Hollywood actor and filmmaker Edward Norton is among the backers of an ad-tech startup called Entertainment Data Oracle, which has today announced $12 million Series A funding round led by Breyer Capital.
The company was founded in 2015 after Norton invested in artificial intelligence startup Kensho Technologies, which S&P Global subsequently acquired for $700 million.
Venture capitalist Jim Breyer, himself an investor in Kensho, led the latest funding round with participation from the co-founders of Vista Equity, a private equity group that owns Integral Ad Science and Mediaocean, and brothers Jonah and Noah Goodhart who helped shepherd Moat to its $800 million sale to Oracle.
EDO will use the funding to scale up its sales operations as well as its analytical coverage and product development with a specific focus on building new data sets to better establish consumer intent across live and non-live TV ads.
Described as a data measurement company, EDO works with advertisers and media companies to help marketers establish which elements of their linear TV ad campaigns are working best and which creative executions are most likely to resonate with specific audiences.
It does so by using automated content recognition, or ACR, technology to identify a specific TV ad execution, record the time of day and channel it was displayed on and apply additional data points such as audience profiling to better understand how that ad exposure drove subsequent consumer behavior.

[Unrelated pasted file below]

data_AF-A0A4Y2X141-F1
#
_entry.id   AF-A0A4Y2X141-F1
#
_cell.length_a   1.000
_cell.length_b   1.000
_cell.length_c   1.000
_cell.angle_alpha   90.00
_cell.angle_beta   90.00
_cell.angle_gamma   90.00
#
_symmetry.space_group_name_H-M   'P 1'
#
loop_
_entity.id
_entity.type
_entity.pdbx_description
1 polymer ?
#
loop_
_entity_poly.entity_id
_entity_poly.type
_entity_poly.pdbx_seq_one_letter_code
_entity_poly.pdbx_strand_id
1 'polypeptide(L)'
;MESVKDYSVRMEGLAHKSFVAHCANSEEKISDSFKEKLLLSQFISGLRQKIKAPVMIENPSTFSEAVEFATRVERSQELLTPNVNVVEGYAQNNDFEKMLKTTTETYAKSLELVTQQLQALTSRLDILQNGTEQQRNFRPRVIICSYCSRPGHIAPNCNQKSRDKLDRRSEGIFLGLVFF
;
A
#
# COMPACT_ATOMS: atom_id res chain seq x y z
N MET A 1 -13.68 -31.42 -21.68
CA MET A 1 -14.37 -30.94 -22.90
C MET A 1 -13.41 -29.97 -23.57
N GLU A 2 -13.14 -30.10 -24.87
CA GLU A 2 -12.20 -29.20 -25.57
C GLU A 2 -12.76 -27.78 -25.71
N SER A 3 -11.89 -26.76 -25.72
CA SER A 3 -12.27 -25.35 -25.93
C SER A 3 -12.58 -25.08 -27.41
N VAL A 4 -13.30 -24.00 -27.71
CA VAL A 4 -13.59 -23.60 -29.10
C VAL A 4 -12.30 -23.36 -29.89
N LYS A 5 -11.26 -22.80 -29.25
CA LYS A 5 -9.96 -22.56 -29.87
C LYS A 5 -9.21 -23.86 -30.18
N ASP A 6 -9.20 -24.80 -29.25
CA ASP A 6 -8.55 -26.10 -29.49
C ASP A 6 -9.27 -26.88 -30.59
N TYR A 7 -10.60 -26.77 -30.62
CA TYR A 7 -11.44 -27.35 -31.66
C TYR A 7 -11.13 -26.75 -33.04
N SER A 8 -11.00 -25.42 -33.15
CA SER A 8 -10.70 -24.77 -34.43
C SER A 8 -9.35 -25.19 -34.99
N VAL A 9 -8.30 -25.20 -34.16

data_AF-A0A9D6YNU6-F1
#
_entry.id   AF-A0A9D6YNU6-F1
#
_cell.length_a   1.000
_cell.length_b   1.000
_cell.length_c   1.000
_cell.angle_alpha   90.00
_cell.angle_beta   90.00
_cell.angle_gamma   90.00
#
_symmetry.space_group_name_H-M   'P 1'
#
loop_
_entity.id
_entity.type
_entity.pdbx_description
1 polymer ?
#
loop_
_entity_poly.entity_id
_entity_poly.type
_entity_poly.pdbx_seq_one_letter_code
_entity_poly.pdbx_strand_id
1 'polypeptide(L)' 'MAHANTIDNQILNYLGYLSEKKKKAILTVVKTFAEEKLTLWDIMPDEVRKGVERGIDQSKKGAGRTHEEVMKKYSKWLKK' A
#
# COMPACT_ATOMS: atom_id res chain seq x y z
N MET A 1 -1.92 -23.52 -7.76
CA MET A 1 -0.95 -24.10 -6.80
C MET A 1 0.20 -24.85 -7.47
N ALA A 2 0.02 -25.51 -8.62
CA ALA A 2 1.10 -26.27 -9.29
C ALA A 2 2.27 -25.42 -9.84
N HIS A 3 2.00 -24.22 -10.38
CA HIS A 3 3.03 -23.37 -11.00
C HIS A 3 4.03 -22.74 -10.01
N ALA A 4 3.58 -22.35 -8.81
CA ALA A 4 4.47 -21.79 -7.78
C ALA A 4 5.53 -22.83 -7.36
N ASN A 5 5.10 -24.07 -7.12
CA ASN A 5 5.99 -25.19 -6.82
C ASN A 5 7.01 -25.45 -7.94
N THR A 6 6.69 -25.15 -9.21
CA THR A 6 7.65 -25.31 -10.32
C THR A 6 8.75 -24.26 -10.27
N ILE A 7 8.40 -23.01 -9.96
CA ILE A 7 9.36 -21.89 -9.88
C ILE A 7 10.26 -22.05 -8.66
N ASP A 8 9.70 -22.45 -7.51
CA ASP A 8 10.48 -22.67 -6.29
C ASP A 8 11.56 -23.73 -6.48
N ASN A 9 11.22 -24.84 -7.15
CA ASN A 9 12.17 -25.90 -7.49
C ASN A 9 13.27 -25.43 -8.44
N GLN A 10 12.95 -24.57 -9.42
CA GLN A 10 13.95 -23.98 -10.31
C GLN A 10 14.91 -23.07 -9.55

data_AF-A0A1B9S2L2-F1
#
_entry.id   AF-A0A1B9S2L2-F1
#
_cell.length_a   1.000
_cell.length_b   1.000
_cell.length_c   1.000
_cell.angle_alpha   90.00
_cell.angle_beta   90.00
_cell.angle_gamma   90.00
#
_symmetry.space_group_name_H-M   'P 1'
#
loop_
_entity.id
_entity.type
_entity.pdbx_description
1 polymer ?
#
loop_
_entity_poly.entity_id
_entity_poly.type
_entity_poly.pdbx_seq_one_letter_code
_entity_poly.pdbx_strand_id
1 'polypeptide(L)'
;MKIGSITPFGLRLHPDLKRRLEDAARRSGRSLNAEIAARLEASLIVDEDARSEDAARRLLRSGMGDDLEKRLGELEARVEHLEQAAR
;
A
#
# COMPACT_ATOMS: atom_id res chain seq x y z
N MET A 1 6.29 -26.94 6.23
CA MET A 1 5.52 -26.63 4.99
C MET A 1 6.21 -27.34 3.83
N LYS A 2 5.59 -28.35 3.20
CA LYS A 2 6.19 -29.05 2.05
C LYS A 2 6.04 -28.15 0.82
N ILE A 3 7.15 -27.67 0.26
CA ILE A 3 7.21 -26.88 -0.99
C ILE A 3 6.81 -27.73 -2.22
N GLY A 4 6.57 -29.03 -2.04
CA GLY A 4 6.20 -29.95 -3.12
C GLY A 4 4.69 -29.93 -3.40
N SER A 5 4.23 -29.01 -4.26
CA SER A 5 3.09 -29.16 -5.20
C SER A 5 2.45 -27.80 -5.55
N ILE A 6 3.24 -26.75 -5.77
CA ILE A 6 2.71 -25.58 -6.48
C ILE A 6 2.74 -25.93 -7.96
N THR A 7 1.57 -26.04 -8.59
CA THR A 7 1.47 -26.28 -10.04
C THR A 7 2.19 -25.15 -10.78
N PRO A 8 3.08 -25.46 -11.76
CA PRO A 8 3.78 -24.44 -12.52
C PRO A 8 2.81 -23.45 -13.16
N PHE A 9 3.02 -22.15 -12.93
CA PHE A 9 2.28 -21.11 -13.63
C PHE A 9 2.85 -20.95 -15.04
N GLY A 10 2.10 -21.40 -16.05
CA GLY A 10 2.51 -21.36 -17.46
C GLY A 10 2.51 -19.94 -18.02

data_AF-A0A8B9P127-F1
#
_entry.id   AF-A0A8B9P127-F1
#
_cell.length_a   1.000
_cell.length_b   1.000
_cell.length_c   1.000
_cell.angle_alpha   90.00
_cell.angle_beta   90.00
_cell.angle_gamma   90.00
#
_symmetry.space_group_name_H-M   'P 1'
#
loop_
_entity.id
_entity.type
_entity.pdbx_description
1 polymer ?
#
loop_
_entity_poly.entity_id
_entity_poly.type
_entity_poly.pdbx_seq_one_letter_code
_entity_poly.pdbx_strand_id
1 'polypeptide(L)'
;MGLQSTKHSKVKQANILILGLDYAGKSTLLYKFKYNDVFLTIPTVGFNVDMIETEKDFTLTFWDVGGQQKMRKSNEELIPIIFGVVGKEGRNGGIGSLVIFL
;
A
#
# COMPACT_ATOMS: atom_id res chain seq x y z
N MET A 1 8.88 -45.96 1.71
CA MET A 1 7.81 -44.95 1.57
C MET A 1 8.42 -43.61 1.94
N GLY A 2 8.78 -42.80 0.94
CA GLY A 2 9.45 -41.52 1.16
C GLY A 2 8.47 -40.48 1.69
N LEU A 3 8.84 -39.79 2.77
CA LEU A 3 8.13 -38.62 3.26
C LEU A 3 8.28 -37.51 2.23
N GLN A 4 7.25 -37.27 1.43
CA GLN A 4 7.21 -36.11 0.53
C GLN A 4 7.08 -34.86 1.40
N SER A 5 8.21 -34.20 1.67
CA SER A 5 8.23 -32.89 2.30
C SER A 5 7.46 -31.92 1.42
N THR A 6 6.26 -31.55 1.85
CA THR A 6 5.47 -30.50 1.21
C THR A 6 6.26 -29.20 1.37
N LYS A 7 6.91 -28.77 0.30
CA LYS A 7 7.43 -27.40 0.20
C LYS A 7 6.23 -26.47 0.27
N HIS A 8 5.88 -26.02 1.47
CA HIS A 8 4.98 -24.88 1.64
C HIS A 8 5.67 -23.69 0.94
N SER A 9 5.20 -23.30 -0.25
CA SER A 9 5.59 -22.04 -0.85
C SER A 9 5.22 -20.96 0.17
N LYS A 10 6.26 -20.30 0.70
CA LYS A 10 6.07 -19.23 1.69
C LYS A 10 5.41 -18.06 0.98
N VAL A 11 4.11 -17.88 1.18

For instance, EDO claims it can demonstrate to marketers how much more likely audiences exposed to specific TV spots are to go on to engage with brands on different channels, either online or in-store.
EDO CEO Kevin Krim, an ex-CNBC digital svp, told Adweek the company aimed to help advertisers better understand “true consumer intent” using “literally a trillion” probabilistic data points and that it has measured more than 47 million individual ad airings since 2015.
“What we’re trying to capture with behavioral data is that critical middle ground, the middle part of the funnel where people … go from awareness, which is passive, to active intent [for the] thing they want to buy,” Krim said.
Marketers can use these insights to make subsequent adjustments to their campaign executions such as preferring to air one ad creative over another in a specific TV market.
“We’re bringing A/B testing for the first time to linear TV,” Krim said. “That kind of optimization was never available [on TV] before. Digital marketers have been doing it since the early 2000s.”
In addition to its work with TV advertisers, EDO uses similar techniques to work with movie studios to help them better understand how early development content is testing with audiences, a revenue stream Krim described as “an adjacent opportunity to our mail business.”
In an email interview with Adweek, Norton noted how major studios such as Warner Bros. were using such techniques to decide which major releases to get behind.
“I think this has a very direct impact on their willingness to get behind a movie like my film Motherless Brooklyn [releasing in 2019],” Norton said. “As a filmmaker I actually just used EDO’s technology-driven audience research testing service for the first time because Warner Bros. does the majority of their test screenings with EDO Screenings now. And it was thrilling because, as a filmmaker, it gave me the best insights into an audience’s interaction with a film that I’ve ever gotten … by far.”